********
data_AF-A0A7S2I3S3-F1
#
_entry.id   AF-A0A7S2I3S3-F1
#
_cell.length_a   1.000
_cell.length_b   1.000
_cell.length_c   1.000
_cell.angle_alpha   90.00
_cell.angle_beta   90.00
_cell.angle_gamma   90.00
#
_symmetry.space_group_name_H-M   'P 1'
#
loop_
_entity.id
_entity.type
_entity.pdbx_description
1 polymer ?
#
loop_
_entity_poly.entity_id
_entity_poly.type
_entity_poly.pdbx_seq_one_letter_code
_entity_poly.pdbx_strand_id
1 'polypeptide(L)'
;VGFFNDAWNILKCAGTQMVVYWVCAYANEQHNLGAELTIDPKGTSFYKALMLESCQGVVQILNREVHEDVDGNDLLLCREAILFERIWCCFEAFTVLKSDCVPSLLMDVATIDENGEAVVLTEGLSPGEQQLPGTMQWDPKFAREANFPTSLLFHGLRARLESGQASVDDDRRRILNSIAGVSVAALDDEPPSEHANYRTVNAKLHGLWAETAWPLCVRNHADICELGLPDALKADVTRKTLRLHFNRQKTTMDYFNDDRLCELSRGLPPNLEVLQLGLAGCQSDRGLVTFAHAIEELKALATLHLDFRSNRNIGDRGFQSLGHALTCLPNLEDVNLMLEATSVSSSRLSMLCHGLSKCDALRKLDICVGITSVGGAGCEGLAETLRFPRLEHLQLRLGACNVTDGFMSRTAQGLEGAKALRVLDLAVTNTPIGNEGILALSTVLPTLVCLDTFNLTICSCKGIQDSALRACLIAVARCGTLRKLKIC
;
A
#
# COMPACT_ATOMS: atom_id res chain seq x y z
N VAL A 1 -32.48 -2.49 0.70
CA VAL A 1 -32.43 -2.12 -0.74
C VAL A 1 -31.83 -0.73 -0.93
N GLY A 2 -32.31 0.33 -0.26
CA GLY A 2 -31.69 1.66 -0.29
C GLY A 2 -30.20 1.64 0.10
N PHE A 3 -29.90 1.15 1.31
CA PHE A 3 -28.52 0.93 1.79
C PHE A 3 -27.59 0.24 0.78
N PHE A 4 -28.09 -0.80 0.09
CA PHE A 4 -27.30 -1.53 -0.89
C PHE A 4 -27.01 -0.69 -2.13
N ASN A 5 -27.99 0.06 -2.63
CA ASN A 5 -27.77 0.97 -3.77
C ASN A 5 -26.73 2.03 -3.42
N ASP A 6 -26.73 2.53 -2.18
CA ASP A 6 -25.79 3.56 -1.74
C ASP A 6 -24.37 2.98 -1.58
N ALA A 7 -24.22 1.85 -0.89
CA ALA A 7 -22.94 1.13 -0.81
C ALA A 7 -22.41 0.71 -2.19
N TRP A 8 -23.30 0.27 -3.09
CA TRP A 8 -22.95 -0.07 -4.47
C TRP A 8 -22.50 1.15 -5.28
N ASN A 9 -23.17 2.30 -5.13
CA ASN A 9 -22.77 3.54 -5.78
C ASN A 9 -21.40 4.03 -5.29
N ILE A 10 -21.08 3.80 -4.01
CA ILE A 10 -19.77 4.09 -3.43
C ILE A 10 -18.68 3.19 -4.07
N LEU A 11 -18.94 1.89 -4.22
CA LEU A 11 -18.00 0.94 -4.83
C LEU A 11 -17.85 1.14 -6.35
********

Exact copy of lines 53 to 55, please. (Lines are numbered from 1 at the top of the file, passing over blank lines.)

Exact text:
CA TRP A 8 -22.95 -0.07 -4.47
C TRP A 8 -22.50 1.15 -5.28
N ASN A 9 -23.17 2.30 -5.13